I have to say that this is the last thing I expected to discover in a report issued by Westminster Seminary theologians. I live in an ecclesial world in which those who value Christian orthodoxy as a concept seem invariably to drift towards either Rome or Constantinople or some amalgamation of the two which is represented by no existing church. The last thing most of my friends want is a truly Protestant theology (whether Lutheran or Reformed); theosis is the hot topic in soteriology and both Lutheran and Reformed theologians are struggling mightily to find something akin to a theosis doctrine in their own church fathers (in Luther but also in Calvin – as Todd Billings’ recent book amply demonstrates). Mind you, I am not accusing the theologians of Westminster of abandoning Reformed soteriology! But they do not seem to realize that in advocating the version of Chalcedonian Christology they do, unreconstructed by Reformed sources, they have taken a most important step in that direction. After all, which soteriology do they think the Chalcedonian Definition was originally designed to support? For the sake of a more responsible Reformed theology – responsible that is to its originating sources – the theologians at Westminster need to attend more closely to their own tradition. Polemical situations rarely provide a seed-bed for careful theology. And that, it seems to me, is worth thinking about.
1The Reformed Confessions which were written after the definitive edition of the Institutes all contained this emphasis. The French Confession: “We believe that in one person, that is Jesus Christ, the two natures are actually and inseparably joined and united, and yet each remains in its proper character: so that in this union the divine nature, retaining its attributes, remained uncreated, infinite, and all-pervading; and the human nature remained finite, having its form, measure and attributes; and although Jesus Christ, in rising from the dead, bestowed immortality upon his body, yet he did not take from it the truth of its nature, and we so consider him in his divinity that we do not despoil him of his humanity” (Art. XV). The Belgic Confession: “We believe that by this conception the Person of the Son is inseparably united and connected with the human nature; so that there are not two Sons of God, nor two persons, but two natures united in one single person; yet each nature retains its own distinct properties” (Art.XIX). The Second Helvetic Confession: “We therefore acknowledge either two natures or two hypostases or substances, the divine and the human, in one and the same Jesus Christ our Lord. And we say that these are conjoined or united in such a way that they are not absorbed, or confused, or mixed, but are united or conjoined in one person – the properties of the natures being unimpaired and permanent” (Chapter XI). I should note that this translation of the Second Helvetic Confessions constitutes a modification of the one found in Arthur Cochrane’s much-used Reformed Confessions of the 16th Century, p.243. Cochrane left out the phrase – original to Bullinger’s Latin text – “two hypostases.” If he did so deliberately, it is likely due to the fact that he could only understand the phrase as tilting decidedly in the direction of Nestorianism. I will return to that problem in a moment. For now, my attention continues to be directed wholly to emphasis upon the integrity of the two natures in their distinctiveness. The Westminster Confession of Faith: “So that two whole, perfect, and distinct natures, the Godhead and the manhood, were inseparably joined together in one person, without conversion, composition, or confusion” (Chapter VIII, ii).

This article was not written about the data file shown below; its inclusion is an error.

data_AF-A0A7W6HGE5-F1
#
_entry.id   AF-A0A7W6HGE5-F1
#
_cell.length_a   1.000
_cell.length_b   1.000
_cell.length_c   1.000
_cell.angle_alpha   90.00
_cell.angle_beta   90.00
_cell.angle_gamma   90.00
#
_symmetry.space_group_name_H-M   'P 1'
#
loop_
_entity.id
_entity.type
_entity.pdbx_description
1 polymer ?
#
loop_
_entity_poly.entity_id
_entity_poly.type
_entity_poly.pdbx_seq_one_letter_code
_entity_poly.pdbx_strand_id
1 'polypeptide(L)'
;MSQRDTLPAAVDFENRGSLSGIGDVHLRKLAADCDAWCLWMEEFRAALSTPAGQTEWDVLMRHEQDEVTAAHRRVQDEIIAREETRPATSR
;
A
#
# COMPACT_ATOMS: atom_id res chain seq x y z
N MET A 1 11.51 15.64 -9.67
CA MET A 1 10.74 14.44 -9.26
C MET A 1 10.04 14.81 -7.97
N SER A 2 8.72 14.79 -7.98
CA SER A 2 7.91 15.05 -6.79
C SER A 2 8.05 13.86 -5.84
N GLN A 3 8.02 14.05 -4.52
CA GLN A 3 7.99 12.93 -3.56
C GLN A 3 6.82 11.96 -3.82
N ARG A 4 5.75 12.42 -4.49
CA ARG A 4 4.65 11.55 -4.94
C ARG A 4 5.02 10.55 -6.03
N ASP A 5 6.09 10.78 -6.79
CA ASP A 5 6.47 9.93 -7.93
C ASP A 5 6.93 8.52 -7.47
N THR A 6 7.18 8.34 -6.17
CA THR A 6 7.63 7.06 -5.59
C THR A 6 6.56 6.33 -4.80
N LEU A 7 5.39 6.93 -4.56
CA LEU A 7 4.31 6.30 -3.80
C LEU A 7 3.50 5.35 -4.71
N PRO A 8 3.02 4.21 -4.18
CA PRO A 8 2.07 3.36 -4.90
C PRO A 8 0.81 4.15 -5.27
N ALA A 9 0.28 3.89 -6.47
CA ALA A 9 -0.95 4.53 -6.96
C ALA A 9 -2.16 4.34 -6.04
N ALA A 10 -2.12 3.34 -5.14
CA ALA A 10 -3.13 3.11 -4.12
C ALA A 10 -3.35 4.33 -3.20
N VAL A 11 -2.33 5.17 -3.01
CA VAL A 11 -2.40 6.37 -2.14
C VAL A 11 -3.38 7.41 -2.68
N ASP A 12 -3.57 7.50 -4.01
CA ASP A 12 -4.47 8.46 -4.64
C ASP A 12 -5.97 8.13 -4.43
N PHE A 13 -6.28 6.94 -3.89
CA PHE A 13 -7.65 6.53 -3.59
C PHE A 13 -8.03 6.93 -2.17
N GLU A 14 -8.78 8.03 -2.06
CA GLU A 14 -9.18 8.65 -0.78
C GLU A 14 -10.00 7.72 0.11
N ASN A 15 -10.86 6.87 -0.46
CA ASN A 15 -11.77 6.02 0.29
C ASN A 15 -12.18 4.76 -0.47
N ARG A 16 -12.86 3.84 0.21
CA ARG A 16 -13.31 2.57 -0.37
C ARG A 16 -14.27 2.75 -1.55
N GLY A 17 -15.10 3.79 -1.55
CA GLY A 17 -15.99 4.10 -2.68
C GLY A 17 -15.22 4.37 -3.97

2John of Damascus, Writings, trans. by Frederic H. Chase, Jr. (Washington, D.C.: 1958, pp.274-278.